Own Your Power: Elizabeth Yntema on Gender Equality in Dance

Editor’s Note: This interview in our Feminist Giving IRL series features Elizabeth Yntema, president and founder of the Dance Data Project (DDP), which promotes “equity in all aspects of classical ballet by providing a metrics-based analysis through our database while showcasing women-led companies, festivals, competitions, venues, special programs and initiatives.” 

Elizabeth Yntema, president and founder of the Dance Data Project (courtesy: Elizabeth Yntema)

1. What do you wish you had known when you started out in your profession?

I wish I had had a female mentor, and she had reassured me that success isn’t defined by a linear path. I have been a corporate attorney, a lobbyist, worked as the Director of Governmental Affairs of the Chicagoland Chamber of Commerce, was employed part-time as a consultant, opened an art gallery and, with three small children, focused on volunteering for a time. Now, I use every single one of my experiences and skills acquired over the decades. 

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When Work Resonates with Your Values: Maricella Herrera of Ellevate

Editor’s Note: This interview in our Feminist Giving IRL series features Maricella Herrera, vice president of Operations and Strategy at Ellevate Network, “a community of professional women committed to helping each other succeed.”

Maricella Herrera (courtesy of Maricella Herrera)

What do you wish you had known when you started out in your profession?

When I first started out, I thought my career was already laid out for me; I was going into my first job at a bank, I would rise in the ranks, get more responsibility, go to business school, go back to finance and keep going until I retired. It was what was expected. I never really understood that to be completely happy, I needed to find something that didn’t just intellectually stimulate me, but that resonated with my values. I didn’t know you could build a career in an area that was about doing good. When I first started out, social enterprises were nascent. Not many people were thinking about them. I wish I had known I could find my passion and what I’m good at in one place, and that it wouldn’t necessarily be what everyone else thought I was supposed to be doing, and that that was ok. My background is in business and finance, so knowing I can use those skills to make a difference in the world is exciting.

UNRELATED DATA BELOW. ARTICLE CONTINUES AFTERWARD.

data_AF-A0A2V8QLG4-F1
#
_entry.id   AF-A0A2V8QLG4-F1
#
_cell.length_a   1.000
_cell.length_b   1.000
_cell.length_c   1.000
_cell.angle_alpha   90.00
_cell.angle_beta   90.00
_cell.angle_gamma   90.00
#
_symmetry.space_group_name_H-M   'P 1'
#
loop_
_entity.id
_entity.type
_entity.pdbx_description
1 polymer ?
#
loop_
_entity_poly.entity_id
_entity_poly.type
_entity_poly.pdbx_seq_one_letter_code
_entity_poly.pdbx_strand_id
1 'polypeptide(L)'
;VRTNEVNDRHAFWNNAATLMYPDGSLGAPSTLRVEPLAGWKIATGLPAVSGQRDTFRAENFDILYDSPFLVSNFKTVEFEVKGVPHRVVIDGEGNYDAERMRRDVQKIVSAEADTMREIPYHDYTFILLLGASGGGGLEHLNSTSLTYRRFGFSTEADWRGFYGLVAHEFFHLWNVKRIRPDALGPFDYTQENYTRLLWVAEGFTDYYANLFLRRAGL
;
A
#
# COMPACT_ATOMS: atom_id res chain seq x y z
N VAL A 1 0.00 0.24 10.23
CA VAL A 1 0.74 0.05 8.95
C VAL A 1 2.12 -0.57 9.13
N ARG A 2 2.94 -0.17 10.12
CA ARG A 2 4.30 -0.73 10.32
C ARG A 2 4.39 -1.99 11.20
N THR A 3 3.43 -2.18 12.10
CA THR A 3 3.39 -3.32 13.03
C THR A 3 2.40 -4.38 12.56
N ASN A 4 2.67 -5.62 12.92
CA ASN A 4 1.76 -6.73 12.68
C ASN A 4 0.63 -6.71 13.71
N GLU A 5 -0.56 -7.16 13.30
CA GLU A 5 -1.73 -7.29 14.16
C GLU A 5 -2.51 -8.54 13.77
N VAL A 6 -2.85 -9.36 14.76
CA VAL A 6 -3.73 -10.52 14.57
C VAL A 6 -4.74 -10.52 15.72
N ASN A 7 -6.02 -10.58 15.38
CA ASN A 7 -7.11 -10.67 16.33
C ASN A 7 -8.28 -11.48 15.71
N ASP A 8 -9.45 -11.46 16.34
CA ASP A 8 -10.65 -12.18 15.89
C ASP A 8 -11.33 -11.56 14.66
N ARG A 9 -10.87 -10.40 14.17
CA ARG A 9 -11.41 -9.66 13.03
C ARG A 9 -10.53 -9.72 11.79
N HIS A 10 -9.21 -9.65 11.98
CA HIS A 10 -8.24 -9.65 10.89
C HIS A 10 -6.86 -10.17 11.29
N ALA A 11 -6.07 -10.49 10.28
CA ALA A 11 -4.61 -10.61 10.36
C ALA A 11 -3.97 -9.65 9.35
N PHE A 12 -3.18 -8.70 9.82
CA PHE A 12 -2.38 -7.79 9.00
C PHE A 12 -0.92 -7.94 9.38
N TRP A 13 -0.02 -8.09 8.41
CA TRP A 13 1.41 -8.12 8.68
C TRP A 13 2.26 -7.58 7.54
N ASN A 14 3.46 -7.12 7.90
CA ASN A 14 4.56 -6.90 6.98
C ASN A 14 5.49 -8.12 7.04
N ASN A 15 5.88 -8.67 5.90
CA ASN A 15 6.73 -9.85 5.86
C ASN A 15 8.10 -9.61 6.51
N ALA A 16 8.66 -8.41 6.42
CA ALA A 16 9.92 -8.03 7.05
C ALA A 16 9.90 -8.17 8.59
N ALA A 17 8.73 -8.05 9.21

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Pat Mitchell: How To Wield Power through Women’s Media

Editor’s Note: This interview in our Feminist Giving IRL series features Pat Mitchell, trailblazing media executive, Emmy award-winning and Oscar-nominated producer, Board Chair of Women’s Media Center and Sundance Institute, and Editorial Director of TEDWomen.

1. Your new book Becoming A Dangerous Woman chronicles your personal journey to becoming a media trailblazer. What was it like to go back and look at your life through the lens of your multifaceted role in advocating for women?

In this edition of our Feminist Giving IRL series, Pat Mitchell discusses overcoming imposter syndrome and becoming more engaged in fostering women’s media. (Photo Credit: Lynn Savarese)

I began the book four years ago when the Rockefeller Foundation president offered me a writing residency at Bellagio, encouraging me to extend my global mentoring and women’s leadership work by sharing my own stories from life and work. That residency was a great head start, but when I returned home, I found it hard to put aside the highly engaged ‘life’ I was committed to (and enjoying!) to write about my life, especially to look reflectively backward, as I’ve always been someone determined to keep moving forward.